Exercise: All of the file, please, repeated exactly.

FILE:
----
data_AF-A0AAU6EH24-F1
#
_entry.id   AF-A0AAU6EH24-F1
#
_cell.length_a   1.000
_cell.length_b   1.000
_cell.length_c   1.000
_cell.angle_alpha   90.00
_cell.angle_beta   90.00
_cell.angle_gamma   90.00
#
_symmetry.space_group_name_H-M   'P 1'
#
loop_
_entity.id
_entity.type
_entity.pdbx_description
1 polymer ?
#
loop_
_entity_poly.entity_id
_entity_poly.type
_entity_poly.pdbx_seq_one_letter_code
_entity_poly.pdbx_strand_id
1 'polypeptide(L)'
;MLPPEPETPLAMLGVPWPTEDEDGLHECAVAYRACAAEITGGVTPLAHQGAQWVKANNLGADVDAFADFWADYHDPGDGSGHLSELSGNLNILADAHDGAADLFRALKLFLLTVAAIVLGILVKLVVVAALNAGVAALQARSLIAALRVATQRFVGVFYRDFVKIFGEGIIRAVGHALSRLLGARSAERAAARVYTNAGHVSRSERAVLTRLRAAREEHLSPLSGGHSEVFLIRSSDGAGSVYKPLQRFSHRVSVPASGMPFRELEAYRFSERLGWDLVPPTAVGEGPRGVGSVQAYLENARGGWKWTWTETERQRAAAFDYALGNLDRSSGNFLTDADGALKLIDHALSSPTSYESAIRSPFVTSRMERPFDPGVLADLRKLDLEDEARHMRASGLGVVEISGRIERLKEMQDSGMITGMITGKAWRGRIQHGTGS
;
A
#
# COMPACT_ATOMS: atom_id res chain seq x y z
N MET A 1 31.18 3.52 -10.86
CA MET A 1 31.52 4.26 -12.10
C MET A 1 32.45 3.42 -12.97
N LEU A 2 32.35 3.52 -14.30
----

data_AF-A0AAU6EH24-F1
#
_entry.id   AF-A0AAU6EH24-F1
#
_cell.length_a   1.000
_cell.length_b   1.000
_cell.length_c   1.000
_cell.angle_alpha   90.00
_cell.angle_beta   90.00
_cell.angle_gamma   90.00
#
_symmetry.space_group_name_H-M   'P 1'
#
loop_
_entity.id
_entity.type
_entity.pdbx_description
1 polymer ?
#
loop_
_entity_poly.entity_id
_entity_poly.type
_entity_poly.pdbx_seq_one_letter_code
_entity_poly.pdbx_strand_id
1 'polypeptide(L)'
;MLPPEPETPLAMLGVPWPTEDEDGLHECAVAYRACAAEITGGVTPLAHQGAQWVKANNLGADVDAFADFWADYHDPGDGSGHLSELSGNLNILADAHDGAADLFRALKLFLLTVAAIVLGILVKLVVVAALNAGVAALQARSLIAALRVATQRFVGVFYRDFVKIFGEGIIRAVGHALSRLLGARSAERAAARVYTNAGHVSRSERAVLTRLRAAREEHLSPLSGGHSEVFLIRSSDGAGSVYKPLQRFSHRVSVPASGMPFRELEAYRFSERLGWDLVPPTAVGEGPRGVGSVQAYLENARGGWKWTWTETERQRAAAFDYALGNLDRSSGNFLTDADGALKLIDHALSSPTSYESAIRSPFVTSRMERPFDPGVLADLRKLDLEDEARHMRASGLGVVEISGRIERLKEMQDSGMITGMITGKAWRGRIQHGTGS
;
A
#
# COMPACT_ATOMS: atom_id res chain seq x y z
N MET A 1 31.18 3.52 -10.86
CA MET A 1 31.52 4.26 -12.10
C MET A 1 32.45 3.42 -12.97
N LEU A 2 32.35 3.52 -14.30